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Conclusion of Interview with Elizabeth Massie
This is the conclusion of my interview with Elizabeth Massie.
Thomas Edison did a dramatic turn around and spoke out against the mistreatment of any living creature. Why do you believe this was? Do you believe events could have transpired the way you wrote them in your story to bring about this dramatic change in what he believed?
I donít know why he seemed to have had a turn around in his views. Perhaps he thought he was kind to creatures and so believed he always was humane in their treatment (maybe he thought electrocution wasnít painful?). Perhaps as he got older he began to mellow and see life Ė in all its variations Ė in a new, kinder light? Itís all speculation, though. Thatís what makes writing fiction intriguing and even thought-provoking at times. When placing actual historical figures in fictional situations, an author needs to carefully consider what is known about the person and go from there.
Have you always had a desire to write? Has your talent to magically weave words into stories always been recognized by your family?
Iíve been creating stories since I could talk. While I love a lot of activities and have done many types of work during my lifetime (life guard, receptionist, house parent at a childrenís home, public school teacher), writing was always at the top of my list. My family is and was a creative bunch, supporting and recognizing each family member for his or her own unique pathways. My sister is a talented singer, actress, artist, and storyteller. My brother is also an excellent artist. My mom was a watercolorist. My dad was a journalist and poet.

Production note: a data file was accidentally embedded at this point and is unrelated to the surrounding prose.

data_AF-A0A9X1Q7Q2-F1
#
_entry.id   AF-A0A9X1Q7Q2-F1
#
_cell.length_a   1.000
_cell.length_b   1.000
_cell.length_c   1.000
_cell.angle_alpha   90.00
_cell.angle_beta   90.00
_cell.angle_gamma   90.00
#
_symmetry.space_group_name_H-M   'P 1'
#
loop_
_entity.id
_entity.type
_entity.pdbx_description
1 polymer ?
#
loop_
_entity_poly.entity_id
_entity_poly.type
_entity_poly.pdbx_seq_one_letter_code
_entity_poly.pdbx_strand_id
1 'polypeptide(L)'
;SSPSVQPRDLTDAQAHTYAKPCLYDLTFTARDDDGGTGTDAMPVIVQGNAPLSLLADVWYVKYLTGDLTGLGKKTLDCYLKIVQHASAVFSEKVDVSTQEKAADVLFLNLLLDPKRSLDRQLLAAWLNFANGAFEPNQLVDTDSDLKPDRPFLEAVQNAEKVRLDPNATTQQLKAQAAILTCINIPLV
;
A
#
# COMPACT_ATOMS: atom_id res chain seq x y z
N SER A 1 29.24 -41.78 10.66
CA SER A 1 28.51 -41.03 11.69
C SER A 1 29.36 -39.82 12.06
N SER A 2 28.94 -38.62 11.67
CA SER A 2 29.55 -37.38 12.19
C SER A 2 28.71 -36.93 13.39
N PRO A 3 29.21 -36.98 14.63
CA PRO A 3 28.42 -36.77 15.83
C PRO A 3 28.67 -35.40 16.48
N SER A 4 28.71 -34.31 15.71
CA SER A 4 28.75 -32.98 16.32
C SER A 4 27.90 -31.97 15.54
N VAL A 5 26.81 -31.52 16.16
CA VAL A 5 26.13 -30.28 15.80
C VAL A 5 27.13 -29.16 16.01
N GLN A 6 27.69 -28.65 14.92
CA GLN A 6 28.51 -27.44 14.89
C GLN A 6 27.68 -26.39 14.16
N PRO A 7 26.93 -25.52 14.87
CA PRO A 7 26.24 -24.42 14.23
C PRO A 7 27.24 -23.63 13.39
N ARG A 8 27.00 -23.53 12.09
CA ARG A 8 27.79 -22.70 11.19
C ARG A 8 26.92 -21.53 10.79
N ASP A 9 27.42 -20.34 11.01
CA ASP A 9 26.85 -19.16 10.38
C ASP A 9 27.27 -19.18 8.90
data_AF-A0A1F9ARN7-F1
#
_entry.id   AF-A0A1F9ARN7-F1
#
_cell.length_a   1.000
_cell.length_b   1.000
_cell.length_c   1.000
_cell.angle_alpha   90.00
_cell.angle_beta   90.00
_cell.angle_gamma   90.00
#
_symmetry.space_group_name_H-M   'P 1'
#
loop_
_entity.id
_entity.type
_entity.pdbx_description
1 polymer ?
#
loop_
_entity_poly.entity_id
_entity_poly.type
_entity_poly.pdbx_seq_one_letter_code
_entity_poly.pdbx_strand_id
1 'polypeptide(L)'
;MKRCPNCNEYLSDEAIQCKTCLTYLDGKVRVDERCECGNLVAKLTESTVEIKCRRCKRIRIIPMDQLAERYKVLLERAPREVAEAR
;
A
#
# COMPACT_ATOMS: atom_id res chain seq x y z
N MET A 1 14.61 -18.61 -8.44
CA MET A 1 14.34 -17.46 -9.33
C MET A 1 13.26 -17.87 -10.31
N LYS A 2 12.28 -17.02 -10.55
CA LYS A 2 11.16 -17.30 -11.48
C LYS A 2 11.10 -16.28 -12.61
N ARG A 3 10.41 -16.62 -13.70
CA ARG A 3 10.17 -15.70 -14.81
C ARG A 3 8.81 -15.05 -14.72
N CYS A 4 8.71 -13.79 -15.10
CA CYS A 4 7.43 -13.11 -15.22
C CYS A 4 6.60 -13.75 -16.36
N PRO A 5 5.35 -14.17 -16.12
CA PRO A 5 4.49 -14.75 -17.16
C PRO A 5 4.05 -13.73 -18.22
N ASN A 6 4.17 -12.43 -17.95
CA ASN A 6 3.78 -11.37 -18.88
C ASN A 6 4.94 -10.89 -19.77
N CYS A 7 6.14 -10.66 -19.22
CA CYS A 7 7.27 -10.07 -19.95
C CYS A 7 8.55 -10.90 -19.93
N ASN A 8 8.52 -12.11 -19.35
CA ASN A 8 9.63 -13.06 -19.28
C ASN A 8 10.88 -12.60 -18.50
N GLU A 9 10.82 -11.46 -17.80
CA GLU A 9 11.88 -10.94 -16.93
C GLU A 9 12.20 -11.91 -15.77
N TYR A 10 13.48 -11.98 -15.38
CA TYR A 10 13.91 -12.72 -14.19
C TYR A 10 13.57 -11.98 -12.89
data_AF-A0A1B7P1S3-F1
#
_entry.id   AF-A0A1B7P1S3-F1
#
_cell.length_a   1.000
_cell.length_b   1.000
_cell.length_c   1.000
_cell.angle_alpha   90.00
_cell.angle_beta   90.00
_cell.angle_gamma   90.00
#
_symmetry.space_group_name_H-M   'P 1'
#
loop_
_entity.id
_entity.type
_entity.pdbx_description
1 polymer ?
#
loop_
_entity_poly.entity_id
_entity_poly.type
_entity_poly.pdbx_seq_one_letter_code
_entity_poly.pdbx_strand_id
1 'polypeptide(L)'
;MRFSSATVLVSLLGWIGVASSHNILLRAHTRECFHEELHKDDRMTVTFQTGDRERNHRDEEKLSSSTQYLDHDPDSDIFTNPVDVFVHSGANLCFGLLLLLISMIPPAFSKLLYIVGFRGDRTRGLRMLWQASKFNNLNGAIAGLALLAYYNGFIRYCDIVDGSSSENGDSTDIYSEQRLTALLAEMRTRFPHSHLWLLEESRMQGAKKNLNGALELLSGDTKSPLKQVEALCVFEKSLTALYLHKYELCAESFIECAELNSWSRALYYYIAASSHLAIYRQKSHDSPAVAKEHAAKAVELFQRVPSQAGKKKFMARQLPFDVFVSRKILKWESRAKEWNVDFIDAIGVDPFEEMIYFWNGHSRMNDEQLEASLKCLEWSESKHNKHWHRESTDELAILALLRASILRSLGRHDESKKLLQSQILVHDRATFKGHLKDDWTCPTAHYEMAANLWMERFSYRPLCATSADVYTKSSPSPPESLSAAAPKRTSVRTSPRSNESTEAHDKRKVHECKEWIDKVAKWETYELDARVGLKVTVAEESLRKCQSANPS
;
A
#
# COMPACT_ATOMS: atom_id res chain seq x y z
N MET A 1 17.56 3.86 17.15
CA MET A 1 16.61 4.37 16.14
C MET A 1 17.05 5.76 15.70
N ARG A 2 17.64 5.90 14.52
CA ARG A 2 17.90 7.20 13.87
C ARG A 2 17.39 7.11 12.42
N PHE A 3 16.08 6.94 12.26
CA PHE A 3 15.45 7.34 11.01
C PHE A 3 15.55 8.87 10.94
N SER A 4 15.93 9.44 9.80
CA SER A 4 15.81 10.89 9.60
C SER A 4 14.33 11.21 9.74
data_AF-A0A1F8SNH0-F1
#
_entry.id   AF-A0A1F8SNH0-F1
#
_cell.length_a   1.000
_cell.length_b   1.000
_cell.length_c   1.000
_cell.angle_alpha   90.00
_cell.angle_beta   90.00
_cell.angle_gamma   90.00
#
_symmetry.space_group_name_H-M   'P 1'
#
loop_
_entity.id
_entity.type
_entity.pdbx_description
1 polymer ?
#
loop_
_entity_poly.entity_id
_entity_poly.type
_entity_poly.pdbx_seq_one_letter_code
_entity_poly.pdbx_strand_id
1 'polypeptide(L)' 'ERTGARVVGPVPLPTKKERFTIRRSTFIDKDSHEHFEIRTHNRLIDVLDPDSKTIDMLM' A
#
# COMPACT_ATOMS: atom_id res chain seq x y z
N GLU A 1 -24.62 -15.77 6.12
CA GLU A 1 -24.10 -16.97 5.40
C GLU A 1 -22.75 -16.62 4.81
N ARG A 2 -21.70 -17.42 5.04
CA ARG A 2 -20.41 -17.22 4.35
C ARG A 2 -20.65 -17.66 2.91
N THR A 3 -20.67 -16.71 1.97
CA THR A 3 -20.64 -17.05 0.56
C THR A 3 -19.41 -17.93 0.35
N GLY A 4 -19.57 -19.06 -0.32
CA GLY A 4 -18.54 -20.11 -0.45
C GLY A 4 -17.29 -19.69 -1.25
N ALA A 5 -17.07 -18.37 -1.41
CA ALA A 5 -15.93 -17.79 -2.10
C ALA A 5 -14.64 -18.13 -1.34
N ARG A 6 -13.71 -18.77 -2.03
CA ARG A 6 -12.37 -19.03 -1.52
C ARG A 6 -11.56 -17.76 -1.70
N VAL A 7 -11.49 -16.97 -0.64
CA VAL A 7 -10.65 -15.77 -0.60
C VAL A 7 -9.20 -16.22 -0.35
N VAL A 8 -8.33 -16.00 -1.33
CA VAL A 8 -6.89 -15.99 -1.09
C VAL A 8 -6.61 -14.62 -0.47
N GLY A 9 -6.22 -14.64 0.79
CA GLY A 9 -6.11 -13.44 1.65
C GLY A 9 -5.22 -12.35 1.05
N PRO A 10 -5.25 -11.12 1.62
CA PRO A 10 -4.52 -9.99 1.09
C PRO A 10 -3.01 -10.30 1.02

How old were you when your first short story or book was published?
Letís just say my first short story was published in The Horror Show in winter, 1983. Heh.
You write historical fiction as well as horror. Which one is your favorite to write? Why?
I enjoy them both. I also enjoy writing contemporary mainstream fiction. To me, the characters make the story, and if I have an exciting or terrifying or poignant tale to tell, I love it. I especially enjoy exploring the deepest of human emotions, seeing how they compel characters to act as they do, and finding out if they can overcome their fears and weaknesses. One of my more recent novels, Homegrown, is contemporary mainstream. It's one of my two favorites of all my novels. Published as both an e-book and trade paperback by Crossroad Press, it explores the lives of three teenagers who live in a church-run children's home in the 1980's.
You have received the Bram Stoker award twice. For which books or stories were you awarded this honor?
My novella, Stephen, which was published in Borderlands (edited by Tom Monteleone), took the Stoker for long fiction. Sineater, my first novel (which is now available as an e-book and audio book from Crossroad Press), was my second Stoker.
Do you find your own books scary?
I find the situations that compel me to write certain books and stories to be scary. In particular, unchecked power, inhumanity and cruelty, ignorance, unabashed greed all lead to terrifying consequences. So itís not so much my books that scare me but the real things behind the fictional accounts that scare me.
Are you working on another book now?† If so, do you care to tell us a little about it?
I am currently working on a novel entitled Desper Hollow. It is a zombie novel set in the Appalachian Mountains, and has some different twists and turns from the traditional zombie tale. It will be out from Apex books next year. Also, I have a new collection, Sundown, coming out soon from Necon E-Books. It has 13 horror tales and 2 poems, one of which is brand new for the collection.
Do you have time set aside each day to write? Or do you write only when you are inspired?
Iíve been a full time writer since 1994, so I spend quite a few hours each day writing. Deadlines are shorter than they used to be, so I often find myself at the computer up to 10 hours a day. I canít wait Ďtil Iím inspired; I have to keep on plugging. Happily, the inspiration will often fall in line once Iím working. Waiting to get inspired, unless you are independently wealthy and arenít trying to pay your bills with your stories and books, is something most working writers canít afford to do.
Is there any advice you would like to give writers who are still working towards getting published?
Read a great deal. Write what you want to read. Attend writersí conventions to meet others in the biz. Get and read the most current copy of Writerís Market.
Thank you, Elizabeth Massie, for such a wonderful interview.
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